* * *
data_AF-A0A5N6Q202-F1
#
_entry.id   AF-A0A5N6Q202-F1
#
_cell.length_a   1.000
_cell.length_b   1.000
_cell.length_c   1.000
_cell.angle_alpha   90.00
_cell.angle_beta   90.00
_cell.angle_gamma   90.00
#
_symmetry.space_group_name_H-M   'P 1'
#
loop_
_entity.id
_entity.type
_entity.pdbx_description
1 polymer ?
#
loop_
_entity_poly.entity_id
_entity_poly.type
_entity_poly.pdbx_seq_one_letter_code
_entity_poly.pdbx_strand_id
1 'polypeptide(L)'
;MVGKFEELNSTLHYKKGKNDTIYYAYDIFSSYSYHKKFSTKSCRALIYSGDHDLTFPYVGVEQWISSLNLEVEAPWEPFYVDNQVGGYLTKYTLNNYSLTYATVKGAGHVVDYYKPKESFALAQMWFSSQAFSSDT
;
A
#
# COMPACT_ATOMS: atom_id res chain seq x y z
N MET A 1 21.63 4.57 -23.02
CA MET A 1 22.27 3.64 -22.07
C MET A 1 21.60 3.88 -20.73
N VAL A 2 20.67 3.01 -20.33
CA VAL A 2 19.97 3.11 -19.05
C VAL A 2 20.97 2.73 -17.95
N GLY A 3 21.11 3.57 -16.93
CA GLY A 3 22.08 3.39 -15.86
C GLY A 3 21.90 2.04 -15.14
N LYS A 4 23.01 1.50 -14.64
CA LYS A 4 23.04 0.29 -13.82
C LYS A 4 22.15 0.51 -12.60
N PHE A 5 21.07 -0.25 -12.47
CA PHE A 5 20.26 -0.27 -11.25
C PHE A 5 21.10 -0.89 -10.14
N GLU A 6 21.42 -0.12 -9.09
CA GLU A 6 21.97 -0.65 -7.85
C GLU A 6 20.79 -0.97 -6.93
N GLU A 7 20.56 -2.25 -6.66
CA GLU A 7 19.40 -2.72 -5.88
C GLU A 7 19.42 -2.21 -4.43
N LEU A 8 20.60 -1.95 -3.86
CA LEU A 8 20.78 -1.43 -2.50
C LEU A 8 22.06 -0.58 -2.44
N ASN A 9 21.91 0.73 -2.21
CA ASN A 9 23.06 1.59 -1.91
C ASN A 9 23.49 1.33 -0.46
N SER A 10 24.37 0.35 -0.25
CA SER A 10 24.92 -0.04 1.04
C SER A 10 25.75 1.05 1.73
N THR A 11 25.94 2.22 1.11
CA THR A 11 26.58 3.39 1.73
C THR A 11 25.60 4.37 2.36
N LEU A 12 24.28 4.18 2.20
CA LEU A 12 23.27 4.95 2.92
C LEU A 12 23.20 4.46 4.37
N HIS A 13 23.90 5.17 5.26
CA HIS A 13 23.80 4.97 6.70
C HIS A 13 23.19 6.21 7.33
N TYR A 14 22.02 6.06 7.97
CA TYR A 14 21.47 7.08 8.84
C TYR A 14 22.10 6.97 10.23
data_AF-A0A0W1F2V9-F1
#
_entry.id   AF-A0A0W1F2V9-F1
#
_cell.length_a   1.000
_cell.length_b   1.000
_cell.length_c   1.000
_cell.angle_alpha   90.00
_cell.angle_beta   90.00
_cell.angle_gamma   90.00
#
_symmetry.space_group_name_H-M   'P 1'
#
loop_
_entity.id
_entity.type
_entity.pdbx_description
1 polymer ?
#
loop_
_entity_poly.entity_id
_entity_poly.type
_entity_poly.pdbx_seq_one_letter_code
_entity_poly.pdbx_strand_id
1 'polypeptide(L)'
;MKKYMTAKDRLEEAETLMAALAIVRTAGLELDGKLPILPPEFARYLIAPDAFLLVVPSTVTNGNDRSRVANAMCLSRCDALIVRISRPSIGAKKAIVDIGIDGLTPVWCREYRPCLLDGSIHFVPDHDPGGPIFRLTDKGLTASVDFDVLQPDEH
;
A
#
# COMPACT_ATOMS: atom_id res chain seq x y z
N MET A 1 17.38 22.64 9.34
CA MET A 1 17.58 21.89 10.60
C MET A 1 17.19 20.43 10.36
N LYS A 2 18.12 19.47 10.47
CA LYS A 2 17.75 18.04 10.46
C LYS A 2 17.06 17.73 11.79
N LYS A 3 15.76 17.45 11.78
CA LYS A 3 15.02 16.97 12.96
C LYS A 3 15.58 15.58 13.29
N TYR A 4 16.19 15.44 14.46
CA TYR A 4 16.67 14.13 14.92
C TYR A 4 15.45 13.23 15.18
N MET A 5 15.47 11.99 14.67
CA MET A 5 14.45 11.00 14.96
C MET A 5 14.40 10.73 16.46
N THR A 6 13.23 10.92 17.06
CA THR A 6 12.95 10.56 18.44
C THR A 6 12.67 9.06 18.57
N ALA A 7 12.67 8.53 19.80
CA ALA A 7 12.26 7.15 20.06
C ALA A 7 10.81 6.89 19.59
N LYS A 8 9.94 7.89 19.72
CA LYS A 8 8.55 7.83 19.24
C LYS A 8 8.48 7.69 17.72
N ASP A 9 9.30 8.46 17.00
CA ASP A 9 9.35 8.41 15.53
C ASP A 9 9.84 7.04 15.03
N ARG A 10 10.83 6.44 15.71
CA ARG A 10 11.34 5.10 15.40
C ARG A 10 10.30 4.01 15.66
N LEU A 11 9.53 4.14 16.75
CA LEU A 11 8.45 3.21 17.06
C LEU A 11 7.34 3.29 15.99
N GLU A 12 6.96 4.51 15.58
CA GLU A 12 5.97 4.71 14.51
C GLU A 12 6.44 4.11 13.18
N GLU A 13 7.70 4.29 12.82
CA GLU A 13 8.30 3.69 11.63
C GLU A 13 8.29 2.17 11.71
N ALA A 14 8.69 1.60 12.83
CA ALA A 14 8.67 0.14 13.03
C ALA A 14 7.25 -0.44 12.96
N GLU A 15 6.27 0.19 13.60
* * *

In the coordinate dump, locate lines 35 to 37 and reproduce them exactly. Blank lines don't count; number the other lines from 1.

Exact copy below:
CA VAL A 2 19.97 3.11 -19.05
C VAL A 2 20.97 2.73 -17.95
N GLY A 3 21.11 3.57 -16.93